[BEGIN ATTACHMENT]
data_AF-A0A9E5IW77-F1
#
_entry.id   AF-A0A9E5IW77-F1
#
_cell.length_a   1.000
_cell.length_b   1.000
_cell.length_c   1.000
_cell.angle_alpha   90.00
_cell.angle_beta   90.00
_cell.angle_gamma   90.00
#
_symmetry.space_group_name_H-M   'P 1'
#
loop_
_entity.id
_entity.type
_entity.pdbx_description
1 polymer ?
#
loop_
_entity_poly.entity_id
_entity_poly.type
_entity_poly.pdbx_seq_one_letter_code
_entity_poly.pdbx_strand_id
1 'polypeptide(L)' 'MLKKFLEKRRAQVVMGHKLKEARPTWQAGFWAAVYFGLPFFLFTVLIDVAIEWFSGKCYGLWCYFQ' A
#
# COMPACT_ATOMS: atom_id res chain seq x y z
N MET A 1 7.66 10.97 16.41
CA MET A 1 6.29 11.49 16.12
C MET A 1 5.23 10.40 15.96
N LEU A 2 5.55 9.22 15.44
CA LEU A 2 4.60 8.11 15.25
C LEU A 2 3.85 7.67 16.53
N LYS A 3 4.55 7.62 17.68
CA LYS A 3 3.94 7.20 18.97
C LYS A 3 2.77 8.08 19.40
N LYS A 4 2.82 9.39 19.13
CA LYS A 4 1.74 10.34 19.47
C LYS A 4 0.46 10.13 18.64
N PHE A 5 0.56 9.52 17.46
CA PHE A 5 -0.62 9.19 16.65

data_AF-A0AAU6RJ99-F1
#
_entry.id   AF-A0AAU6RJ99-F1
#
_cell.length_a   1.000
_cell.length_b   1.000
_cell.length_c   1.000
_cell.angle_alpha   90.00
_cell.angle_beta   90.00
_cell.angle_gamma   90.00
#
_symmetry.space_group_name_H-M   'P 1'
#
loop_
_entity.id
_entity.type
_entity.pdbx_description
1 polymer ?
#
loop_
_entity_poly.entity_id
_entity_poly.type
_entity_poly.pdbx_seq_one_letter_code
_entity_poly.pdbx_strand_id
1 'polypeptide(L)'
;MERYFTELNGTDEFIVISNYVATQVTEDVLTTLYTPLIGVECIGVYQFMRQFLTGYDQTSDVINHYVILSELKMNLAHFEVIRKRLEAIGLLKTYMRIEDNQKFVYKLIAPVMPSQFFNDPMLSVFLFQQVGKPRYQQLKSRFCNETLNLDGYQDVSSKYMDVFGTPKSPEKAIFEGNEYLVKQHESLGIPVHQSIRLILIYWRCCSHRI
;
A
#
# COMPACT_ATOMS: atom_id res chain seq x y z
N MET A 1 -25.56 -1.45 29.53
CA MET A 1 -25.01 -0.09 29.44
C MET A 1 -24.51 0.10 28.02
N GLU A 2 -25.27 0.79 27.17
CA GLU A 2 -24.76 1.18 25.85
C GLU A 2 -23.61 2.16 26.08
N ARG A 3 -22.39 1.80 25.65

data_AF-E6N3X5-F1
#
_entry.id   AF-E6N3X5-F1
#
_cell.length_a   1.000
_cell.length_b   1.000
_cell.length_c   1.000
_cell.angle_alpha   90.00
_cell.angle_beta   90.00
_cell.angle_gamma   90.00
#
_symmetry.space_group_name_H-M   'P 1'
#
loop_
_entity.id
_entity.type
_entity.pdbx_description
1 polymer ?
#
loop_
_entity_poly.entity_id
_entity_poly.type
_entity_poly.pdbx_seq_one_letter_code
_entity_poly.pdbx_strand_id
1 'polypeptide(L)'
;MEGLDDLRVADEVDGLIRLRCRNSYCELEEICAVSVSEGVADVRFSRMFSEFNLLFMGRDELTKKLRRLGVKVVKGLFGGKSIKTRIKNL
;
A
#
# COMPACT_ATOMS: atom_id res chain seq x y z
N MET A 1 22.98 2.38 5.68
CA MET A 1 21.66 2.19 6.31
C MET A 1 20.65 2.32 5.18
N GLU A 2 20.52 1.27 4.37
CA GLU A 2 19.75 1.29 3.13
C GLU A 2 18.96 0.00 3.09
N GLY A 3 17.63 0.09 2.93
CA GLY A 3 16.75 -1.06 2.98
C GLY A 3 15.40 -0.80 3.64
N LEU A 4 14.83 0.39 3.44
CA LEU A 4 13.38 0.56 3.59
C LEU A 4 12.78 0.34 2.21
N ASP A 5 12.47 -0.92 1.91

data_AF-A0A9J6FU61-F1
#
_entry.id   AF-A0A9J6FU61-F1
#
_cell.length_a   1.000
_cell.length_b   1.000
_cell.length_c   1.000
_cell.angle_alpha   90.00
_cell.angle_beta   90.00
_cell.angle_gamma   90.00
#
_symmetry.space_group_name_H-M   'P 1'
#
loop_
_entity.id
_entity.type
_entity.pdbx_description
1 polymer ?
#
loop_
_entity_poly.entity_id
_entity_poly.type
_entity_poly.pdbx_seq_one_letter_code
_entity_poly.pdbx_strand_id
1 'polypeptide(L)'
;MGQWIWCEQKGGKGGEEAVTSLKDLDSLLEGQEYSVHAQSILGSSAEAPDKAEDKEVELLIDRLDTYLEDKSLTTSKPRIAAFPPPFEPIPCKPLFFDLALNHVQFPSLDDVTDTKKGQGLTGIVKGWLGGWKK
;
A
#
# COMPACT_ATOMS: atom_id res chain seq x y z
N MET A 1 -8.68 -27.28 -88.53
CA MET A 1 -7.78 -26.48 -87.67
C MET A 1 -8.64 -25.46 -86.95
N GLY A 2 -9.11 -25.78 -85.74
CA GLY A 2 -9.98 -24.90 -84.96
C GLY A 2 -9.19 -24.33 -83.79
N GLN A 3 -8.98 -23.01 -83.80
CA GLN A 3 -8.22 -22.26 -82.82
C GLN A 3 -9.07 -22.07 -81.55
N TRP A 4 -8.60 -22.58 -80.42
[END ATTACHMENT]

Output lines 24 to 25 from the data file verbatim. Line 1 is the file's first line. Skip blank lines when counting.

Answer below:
_entity_poly.pdbx_strand_id
1 'polypeptide(L)' 'MLKKFLEKRRAQVVMGHKLKEARPTWQAGFWAAVYFGLPFFLFTVLIDVAIEWFSGKCYGLWCYFQ' A